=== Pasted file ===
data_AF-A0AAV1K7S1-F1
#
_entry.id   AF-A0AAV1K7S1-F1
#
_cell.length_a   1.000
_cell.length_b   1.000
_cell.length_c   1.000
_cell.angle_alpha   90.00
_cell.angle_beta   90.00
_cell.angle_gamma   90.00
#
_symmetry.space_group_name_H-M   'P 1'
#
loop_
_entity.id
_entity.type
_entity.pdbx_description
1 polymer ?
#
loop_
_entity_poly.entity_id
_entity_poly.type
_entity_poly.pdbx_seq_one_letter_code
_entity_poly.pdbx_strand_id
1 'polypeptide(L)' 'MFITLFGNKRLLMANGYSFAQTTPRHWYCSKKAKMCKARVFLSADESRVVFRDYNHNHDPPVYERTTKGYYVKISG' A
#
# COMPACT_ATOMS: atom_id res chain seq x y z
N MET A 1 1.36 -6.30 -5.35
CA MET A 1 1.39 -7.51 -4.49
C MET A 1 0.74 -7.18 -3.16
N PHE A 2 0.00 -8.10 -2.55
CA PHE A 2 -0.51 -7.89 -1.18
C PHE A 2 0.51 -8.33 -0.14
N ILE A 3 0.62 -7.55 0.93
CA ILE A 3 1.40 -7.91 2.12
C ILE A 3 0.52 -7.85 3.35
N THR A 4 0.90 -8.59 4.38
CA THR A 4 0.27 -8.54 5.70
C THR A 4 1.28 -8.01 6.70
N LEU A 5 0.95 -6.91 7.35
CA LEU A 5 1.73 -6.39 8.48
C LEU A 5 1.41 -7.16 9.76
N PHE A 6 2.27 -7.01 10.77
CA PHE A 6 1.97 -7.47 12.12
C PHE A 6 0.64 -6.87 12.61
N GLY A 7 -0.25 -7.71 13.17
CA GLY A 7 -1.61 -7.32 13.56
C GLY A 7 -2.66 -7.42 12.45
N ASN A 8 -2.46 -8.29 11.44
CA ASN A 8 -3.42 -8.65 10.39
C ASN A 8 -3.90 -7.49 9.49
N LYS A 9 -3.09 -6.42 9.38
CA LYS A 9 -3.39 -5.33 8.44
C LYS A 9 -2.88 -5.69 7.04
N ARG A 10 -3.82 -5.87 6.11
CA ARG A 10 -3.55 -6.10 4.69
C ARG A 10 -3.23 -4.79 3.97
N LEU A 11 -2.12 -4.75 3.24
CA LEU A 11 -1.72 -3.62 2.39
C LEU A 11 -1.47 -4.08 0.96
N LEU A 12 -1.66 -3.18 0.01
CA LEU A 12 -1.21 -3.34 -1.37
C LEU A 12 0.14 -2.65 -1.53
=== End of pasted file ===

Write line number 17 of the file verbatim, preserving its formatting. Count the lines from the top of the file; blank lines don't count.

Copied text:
_entity.pdbx_description